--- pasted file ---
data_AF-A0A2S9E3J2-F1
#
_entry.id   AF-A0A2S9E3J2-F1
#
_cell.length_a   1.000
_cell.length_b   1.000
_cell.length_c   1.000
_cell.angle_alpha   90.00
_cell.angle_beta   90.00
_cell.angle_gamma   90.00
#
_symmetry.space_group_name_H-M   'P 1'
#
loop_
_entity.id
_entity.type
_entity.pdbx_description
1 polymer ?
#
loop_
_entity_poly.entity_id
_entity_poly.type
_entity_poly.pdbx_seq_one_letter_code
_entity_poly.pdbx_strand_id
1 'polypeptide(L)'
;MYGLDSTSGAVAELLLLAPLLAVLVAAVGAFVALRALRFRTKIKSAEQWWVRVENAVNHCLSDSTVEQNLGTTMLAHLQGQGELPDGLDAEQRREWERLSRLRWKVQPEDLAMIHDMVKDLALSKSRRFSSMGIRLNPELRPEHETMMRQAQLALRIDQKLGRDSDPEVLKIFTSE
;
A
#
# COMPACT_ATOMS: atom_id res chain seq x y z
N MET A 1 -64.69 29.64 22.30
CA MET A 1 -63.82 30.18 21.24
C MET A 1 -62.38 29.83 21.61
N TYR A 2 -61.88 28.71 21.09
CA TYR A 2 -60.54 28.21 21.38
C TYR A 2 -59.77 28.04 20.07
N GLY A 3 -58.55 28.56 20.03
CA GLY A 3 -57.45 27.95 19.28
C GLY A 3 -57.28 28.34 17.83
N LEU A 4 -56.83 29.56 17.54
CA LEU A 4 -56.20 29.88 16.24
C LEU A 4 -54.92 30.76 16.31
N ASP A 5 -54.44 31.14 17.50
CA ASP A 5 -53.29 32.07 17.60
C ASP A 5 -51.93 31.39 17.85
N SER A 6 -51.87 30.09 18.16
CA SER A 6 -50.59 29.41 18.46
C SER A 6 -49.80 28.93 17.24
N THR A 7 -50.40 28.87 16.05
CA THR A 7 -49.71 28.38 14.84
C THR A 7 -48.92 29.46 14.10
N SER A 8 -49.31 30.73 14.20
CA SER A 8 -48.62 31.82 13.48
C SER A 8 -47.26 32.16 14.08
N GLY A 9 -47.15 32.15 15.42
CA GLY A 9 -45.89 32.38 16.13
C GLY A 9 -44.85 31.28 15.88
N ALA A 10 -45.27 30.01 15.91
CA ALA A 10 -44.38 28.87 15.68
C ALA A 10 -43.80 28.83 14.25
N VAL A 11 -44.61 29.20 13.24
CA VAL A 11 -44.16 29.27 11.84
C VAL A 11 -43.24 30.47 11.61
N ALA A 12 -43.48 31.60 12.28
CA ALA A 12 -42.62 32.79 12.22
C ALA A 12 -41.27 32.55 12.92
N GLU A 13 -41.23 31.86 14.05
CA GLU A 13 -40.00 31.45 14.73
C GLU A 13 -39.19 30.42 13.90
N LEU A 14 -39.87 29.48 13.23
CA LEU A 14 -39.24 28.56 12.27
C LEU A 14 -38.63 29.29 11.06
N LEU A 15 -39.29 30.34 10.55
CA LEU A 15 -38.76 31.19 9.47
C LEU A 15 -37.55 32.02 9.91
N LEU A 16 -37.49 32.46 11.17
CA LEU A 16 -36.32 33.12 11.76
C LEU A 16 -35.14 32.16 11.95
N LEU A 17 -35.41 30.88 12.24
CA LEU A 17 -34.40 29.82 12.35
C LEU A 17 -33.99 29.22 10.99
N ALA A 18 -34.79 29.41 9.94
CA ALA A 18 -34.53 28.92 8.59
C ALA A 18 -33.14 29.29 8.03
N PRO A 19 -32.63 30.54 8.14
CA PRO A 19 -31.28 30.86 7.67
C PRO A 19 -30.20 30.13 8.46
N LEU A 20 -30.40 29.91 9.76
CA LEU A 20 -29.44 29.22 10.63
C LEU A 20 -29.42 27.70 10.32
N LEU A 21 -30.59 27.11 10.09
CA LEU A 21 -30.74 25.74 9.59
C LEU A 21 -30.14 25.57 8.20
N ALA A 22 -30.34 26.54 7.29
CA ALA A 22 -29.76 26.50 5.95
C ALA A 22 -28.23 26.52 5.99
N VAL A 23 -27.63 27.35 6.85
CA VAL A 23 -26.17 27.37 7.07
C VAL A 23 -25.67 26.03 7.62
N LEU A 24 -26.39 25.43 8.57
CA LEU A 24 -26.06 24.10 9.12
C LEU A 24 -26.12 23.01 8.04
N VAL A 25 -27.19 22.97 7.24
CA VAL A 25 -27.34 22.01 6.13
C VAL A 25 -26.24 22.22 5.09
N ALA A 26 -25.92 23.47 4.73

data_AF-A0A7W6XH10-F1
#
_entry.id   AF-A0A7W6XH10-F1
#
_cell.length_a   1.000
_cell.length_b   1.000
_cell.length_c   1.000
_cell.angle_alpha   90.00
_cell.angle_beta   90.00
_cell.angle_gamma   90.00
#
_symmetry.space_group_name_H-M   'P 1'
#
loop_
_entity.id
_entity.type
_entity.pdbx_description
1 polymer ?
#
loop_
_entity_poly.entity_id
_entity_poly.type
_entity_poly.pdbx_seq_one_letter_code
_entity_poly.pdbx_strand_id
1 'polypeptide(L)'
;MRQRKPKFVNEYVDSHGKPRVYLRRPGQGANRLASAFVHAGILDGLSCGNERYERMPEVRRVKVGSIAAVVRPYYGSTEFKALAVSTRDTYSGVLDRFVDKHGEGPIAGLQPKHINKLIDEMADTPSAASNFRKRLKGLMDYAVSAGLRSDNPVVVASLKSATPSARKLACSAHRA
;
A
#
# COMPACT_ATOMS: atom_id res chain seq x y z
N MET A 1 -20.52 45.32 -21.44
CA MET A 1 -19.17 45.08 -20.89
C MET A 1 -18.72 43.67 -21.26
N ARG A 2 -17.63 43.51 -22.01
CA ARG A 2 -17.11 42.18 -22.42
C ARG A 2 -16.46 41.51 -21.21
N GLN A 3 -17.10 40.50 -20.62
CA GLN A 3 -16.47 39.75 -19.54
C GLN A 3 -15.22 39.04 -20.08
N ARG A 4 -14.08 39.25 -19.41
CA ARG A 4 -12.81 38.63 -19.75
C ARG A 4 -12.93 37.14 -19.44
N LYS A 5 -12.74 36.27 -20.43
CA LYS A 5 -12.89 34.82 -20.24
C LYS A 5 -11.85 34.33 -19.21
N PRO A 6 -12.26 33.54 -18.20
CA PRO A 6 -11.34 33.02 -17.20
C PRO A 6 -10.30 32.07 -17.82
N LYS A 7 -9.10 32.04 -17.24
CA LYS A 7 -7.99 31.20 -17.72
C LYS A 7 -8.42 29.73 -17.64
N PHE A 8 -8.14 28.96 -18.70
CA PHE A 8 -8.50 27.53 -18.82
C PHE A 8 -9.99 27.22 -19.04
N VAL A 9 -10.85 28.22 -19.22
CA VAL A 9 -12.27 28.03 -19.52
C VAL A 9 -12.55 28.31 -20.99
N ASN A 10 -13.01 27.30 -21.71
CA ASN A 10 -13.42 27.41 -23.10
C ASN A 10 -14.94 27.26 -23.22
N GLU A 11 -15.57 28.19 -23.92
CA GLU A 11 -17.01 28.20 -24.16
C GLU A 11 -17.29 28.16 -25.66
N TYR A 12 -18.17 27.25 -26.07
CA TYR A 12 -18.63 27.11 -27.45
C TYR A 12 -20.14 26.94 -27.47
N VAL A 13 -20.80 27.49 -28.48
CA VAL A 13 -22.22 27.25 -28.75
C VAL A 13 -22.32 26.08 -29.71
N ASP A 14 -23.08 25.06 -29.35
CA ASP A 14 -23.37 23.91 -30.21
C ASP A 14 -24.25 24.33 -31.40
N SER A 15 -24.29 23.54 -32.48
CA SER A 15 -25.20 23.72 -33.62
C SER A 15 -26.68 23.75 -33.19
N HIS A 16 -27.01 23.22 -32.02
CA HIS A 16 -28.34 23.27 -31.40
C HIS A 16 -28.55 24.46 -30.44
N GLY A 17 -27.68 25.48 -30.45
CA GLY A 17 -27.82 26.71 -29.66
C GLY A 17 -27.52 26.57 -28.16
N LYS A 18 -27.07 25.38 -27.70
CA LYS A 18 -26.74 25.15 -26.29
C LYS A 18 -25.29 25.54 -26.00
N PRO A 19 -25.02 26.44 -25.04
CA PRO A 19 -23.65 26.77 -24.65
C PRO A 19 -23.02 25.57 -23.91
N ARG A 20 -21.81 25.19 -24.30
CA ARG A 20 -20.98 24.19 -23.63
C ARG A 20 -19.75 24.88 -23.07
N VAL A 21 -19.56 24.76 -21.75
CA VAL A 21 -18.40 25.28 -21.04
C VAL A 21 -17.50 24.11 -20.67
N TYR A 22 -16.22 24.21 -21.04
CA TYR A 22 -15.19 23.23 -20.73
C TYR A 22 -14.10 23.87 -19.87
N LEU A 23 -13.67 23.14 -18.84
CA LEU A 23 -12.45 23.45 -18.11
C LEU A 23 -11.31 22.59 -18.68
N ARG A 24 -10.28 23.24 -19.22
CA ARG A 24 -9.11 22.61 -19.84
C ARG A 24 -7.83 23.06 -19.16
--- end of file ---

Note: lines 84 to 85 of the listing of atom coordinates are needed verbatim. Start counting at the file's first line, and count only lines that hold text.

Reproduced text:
C ALA A 18 -33.14 29.29 8.03
N PRO A 19 -32.63 30.54 8.14